Define: Stamp Duty

UK Accounting Glossary

Definition: Stamp Duty


Full Definition of Stamp Duty

A stamp duty broadly refers to any tax a government entity levies on documents. The United States and Commonwealth of Nations countries such as Australia and Singapore are the most common users of the stamp duty. Documents used to require the application of a physical stamp to prove the stamp duty had been paid, but in the present day, an actual stamp is typically no longer required as proof of payment. Checks, land purchases and sales, marriage licenses, and military commissions have historically been subjected to stamp duty. The federal government used to assess a stamp duty on assorted transactional documents, but today the stamp duty for these are imposed by state governments. For instance, the deed to a house may be assessed a stamp duty before it is transferred from seller to buyer. Mortgages and other property-related instruments of finance may also be subject to stamp duty, payable at the time of registration.

Stamp Duty (Stamp Duty Land Tax) is a tax on transactions, not documents. For transactions in land and buildings in the UK, completed on or after 1st December 2003 you are not required to send in documents for stamping.

You or your agent (usually your solicitor) should complete and send in a land transaction return to the Inland Revenue. You also face automatic penalties if there is a delay of more than 30 days in paying the Duty.

The land transaction return is required to notify the following:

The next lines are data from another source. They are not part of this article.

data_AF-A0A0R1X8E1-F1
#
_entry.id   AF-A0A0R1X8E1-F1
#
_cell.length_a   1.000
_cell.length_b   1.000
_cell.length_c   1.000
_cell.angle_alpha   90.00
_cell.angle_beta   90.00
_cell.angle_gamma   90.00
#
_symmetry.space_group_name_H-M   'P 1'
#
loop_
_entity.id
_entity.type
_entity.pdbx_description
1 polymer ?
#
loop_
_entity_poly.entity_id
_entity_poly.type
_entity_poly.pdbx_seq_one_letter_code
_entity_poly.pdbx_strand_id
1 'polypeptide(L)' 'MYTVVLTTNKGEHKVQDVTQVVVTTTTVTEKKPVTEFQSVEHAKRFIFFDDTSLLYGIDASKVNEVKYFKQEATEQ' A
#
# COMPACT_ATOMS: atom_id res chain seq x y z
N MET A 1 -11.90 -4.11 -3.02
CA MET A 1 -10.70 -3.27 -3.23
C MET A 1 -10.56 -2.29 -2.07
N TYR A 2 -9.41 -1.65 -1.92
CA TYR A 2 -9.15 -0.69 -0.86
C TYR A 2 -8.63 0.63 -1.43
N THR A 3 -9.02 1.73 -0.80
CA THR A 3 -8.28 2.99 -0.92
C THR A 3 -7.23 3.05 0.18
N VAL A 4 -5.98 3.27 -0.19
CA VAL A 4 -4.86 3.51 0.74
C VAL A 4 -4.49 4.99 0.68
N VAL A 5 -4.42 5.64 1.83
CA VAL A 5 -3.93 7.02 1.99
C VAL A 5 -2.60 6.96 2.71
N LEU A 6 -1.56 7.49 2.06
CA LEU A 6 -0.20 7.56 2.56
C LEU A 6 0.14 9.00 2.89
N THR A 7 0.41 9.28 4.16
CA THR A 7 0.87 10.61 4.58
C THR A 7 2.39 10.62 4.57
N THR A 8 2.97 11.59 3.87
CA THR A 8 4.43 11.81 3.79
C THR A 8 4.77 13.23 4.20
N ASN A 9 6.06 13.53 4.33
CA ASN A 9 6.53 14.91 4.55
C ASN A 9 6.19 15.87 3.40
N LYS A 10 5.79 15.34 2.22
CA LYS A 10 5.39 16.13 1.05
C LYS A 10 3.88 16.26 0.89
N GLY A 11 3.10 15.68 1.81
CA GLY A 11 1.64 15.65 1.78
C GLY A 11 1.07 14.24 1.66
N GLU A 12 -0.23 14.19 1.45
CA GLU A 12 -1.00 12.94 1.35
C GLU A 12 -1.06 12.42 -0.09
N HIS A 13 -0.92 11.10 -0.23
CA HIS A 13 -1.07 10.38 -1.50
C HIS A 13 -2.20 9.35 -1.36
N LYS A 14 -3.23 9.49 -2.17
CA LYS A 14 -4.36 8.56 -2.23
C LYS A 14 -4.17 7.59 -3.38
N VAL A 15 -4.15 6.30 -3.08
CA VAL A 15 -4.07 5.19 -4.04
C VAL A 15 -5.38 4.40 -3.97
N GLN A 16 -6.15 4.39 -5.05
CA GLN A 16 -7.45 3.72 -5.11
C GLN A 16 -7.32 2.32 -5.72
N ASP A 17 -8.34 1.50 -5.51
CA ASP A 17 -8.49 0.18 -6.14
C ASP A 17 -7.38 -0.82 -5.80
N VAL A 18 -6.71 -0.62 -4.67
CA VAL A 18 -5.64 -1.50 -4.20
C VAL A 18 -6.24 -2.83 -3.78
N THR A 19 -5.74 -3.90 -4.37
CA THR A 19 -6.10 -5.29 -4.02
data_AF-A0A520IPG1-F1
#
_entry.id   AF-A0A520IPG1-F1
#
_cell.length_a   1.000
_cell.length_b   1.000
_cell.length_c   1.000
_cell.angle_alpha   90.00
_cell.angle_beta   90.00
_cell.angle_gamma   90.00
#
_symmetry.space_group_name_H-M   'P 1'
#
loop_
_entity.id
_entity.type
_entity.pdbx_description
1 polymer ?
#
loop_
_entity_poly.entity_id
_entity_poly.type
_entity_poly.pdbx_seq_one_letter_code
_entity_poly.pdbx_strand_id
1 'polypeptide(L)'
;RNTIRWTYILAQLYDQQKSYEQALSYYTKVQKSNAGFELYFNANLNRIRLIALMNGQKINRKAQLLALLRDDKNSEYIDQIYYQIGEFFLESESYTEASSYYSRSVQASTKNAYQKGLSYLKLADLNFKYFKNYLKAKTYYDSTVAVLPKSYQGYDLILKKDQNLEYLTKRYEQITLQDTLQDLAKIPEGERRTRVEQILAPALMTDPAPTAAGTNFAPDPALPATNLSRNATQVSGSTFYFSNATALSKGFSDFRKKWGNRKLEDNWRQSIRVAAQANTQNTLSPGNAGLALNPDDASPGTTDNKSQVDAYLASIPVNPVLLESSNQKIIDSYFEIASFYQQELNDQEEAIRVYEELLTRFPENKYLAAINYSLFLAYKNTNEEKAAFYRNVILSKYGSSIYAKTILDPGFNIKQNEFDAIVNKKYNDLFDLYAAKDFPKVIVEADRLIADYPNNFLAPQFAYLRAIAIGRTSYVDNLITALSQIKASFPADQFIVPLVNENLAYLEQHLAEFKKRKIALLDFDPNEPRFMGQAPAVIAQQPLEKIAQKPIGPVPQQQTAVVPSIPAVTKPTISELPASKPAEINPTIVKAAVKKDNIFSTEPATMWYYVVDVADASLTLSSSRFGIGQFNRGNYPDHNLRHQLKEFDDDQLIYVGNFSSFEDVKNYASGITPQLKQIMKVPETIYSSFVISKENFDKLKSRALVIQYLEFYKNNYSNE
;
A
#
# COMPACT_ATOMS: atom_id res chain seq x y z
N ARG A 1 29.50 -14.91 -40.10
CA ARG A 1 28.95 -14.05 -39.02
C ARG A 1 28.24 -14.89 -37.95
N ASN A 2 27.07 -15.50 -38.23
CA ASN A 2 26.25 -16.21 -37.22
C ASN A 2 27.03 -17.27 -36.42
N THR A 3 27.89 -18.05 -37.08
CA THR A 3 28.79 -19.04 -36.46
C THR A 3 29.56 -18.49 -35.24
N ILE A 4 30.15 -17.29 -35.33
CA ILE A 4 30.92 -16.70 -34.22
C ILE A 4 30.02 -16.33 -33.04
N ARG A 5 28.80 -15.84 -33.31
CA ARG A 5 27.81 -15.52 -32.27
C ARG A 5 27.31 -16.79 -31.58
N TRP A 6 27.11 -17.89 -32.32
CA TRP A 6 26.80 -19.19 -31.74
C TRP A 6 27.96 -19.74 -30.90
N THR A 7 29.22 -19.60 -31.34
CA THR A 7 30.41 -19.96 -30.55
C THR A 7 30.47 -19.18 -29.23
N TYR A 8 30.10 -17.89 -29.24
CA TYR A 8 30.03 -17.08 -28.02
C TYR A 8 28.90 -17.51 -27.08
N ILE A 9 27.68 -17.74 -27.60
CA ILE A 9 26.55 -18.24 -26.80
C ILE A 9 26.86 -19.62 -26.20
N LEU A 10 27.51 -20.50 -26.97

• any transfer of a freehold or assignment or assignation of a lease for
  • consideration, whether or not giving rise to a charge
  • any transaction for which relief is being claimed
  • the grant of a lease for a contractual term of 7 years or more or which
  • gives rise to a charge
  • any other transaction giving rise to a charge

It is worth bearing in mind that even if your purchase is below the Duty threshold a land transaction return will still need to be completed for these transactions. The 0% upper threshold is £175,000 for residential transactions and £150,000 for non-residential deals.

In return, you receive a stamp duty land tax certificate which you or your agents submit to land registries in order to register ownership of land or to record a deed, as appropriate.

The upper threshold rate was increased from £125,000 in September 2008. After September 3 2009, it reverted back to £125,000.

Stamp duty is not payable on remortgages.


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Definition Sources

Definitions for Stamp Duty are sourced/syndicated and enhanced from:

  • A Dictionary of Economics (Oxford Quick Reference)
  • Oxford Dictionary Of Accounting
  • Oxford Dictionary Of Business & Management

This glossary post was last updated: 5th February 2020.